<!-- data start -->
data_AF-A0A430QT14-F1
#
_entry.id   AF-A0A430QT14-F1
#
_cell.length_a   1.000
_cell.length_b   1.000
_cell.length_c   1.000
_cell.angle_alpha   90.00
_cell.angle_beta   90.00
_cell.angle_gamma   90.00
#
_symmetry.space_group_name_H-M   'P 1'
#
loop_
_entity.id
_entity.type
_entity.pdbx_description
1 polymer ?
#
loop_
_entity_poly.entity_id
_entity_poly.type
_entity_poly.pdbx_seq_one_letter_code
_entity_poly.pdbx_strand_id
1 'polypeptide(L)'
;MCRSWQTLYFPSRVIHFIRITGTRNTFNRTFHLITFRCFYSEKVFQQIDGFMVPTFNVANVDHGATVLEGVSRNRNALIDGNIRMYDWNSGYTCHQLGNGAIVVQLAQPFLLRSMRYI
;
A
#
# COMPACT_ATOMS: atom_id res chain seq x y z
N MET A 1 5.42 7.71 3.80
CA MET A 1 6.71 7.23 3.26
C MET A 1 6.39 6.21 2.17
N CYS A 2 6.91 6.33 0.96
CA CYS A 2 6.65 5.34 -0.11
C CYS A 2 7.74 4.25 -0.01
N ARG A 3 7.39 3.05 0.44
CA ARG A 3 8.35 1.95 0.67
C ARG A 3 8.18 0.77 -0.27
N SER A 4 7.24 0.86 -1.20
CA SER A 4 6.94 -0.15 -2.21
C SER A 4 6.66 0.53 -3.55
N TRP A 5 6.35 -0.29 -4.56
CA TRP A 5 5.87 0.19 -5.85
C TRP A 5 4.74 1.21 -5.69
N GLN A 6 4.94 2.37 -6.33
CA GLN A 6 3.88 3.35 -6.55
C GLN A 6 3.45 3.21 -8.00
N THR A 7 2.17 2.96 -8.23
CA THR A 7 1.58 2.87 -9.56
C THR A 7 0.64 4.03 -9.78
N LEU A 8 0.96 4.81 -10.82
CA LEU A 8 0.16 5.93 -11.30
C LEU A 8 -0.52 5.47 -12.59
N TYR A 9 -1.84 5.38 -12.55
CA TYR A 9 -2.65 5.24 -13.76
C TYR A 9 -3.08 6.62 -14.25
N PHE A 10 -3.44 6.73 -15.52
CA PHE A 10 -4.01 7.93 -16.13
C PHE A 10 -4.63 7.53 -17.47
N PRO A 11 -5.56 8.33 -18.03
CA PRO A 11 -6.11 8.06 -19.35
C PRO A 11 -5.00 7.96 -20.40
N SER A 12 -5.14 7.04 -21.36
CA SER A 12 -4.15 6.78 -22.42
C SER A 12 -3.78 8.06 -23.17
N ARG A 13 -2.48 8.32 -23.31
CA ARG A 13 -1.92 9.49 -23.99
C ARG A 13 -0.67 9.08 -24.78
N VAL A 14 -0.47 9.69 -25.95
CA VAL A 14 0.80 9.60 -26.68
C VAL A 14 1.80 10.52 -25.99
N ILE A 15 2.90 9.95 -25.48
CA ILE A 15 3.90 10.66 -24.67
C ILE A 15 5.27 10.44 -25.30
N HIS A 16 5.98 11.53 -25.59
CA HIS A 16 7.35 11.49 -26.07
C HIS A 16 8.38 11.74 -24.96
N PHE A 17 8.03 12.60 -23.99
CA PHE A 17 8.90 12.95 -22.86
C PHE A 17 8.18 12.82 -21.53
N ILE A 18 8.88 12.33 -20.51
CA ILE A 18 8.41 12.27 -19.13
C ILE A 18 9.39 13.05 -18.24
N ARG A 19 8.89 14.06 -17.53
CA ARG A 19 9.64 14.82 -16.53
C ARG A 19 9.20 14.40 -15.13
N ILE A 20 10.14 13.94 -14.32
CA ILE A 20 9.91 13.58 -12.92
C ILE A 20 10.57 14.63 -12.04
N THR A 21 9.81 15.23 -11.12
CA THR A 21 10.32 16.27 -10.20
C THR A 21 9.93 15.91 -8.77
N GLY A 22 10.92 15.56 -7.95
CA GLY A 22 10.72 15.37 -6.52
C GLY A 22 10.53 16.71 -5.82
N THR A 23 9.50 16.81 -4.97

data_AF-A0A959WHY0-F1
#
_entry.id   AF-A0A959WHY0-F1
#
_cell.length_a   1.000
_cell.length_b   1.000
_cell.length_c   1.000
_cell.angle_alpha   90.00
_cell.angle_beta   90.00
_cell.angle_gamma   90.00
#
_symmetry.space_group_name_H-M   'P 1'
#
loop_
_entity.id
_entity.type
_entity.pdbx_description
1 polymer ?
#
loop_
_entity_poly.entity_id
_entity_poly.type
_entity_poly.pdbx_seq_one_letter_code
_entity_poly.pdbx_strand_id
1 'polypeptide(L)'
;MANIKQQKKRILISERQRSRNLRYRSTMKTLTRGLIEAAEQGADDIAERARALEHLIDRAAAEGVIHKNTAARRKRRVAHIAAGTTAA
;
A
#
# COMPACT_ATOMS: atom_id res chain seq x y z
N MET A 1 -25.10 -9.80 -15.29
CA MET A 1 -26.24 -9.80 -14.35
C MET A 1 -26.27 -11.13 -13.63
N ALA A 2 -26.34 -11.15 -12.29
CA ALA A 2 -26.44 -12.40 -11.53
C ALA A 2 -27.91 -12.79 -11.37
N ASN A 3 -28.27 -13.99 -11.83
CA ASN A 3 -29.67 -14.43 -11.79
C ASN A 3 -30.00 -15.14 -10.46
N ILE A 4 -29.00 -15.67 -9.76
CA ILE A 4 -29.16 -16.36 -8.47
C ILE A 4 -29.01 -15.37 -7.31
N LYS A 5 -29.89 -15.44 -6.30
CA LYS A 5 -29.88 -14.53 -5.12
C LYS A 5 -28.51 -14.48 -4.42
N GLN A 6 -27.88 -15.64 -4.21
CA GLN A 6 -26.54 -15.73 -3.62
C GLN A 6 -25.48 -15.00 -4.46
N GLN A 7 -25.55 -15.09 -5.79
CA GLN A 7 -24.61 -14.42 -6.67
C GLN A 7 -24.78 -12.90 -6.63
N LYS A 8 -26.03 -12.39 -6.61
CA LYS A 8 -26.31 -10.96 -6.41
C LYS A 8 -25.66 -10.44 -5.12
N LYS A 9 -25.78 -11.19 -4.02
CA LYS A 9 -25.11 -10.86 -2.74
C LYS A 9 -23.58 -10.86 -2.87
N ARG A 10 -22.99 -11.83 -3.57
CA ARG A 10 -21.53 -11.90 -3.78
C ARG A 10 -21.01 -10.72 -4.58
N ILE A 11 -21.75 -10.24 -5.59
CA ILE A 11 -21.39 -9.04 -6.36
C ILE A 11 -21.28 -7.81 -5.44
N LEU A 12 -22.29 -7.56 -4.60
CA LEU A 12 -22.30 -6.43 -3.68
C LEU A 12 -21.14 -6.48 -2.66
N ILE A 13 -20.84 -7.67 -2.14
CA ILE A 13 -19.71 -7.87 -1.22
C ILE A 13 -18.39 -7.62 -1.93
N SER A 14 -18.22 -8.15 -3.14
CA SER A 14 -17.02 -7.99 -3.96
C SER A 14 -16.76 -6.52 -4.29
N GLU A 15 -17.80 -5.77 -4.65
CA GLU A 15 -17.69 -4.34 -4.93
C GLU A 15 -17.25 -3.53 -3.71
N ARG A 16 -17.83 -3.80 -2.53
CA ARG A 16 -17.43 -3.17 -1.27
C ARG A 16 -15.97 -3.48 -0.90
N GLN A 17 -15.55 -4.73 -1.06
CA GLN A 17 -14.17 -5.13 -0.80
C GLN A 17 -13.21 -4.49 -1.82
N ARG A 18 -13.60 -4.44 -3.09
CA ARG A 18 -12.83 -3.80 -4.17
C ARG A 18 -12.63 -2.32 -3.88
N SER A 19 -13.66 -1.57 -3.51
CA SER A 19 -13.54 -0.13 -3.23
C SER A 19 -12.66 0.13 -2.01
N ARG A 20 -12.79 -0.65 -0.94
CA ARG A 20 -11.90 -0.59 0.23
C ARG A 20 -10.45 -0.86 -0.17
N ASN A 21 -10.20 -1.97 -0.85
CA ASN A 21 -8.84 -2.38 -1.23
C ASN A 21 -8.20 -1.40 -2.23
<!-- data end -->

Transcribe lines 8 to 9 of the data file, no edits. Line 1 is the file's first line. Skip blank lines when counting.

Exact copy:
_cell.angle_alpha   90.00
_cell.angle_beta   90.00